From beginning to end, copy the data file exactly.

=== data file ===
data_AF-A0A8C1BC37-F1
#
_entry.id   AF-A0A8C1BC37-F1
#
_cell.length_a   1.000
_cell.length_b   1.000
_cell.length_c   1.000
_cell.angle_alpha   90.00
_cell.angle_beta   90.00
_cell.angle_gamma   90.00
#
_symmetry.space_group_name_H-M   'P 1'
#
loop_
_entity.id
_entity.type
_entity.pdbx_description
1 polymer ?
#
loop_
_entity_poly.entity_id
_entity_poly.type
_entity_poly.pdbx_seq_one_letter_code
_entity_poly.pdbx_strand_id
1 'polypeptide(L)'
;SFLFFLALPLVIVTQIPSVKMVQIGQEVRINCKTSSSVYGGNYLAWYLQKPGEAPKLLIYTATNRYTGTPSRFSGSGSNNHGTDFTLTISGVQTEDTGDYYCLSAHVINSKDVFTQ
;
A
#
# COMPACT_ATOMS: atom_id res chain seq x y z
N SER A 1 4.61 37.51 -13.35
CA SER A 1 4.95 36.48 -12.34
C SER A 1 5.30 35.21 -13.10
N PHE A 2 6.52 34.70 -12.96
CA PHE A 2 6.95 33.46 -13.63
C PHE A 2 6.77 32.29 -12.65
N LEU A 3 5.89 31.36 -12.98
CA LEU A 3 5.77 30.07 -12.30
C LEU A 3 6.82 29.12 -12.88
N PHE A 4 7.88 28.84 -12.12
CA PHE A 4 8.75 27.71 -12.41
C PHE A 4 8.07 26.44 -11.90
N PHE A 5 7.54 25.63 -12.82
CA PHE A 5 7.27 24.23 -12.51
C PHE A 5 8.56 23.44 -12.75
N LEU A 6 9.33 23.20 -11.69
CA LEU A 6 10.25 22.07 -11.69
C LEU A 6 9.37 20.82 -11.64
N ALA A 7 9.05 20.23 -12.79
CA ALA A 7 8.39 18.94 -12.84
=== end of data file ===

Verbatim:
data_AF-A0A8C1BC37-F1
#
_entry.id   AF-A0A8C1BC37-F1
#
_cell.length_a   1.000
_cell.length_b   1.000
_cell.length_c   1.000
_cell.angle_alpha   90.00
_cell.angle_beta   90.00
_cell.angle_gamma   90.00
#
_symmetry.space_group_name_H-M   'P 1'
#
loop_
_entity.id
_entity.type
_entity.pdbx_description
1 polymer ?
#
loop_
_entity_poly.entity_id
_entity_poly.type
_entity_poly.pdbx_seq_one_letter_code
_entity_poly.pdbx_strand_id
1 'polypeptide(L)'
;SFLFFLALPLVIVTQIPSVKMVQIGQEVRINCKTSSSVYGGNYLAWYLQKPGEAPKLLIYTATNRYTGTPSRFSGSGSNNHGTDFTLTISGVQTEDTGDYYCLSAHVINSKDVFTQ
;
A
#
# COMPACT_ATOMS: atom_id res chain seq x y z
N SER A 1 4.61 37.51 -13.35
CA SER A 1 4.95 36.48 -12.34
C SER A 1 5.30 35.21 -13.10
N PHE A 2 6.52 34.70 -12.96
CA PHE A 2 6.95 33.46 -13.63
C PHE A 2 6.77 32.29 -12.65
N LEU A 3 5.89 31.36 -12.98
CA LEU A 3 5.77 30.07 -12.30
C LEU A 3 6.82 29.12 -12.88
N PHE A 4 7.88 28.84 -12.12
CA PHE A 4 8.75 27.71 -12.41
C PHE A 4 8.07 26.44 -11.90
N PHE A 5 7.54 25.63 -12.82
CA PHE A 5 7.27 24.23 -12.51
C PHE A 5 8.56 23.44 -12.75
N LEU A 6 9.33 23.20 -11.69
CA LEU A 6 10.25 22.07 -11.69
C LEU A 6 9.37 20.82 -11.64
N ALA A 7 9.05 20.23 -12.79
CA ALA A 7 8.39 18.94 -12.84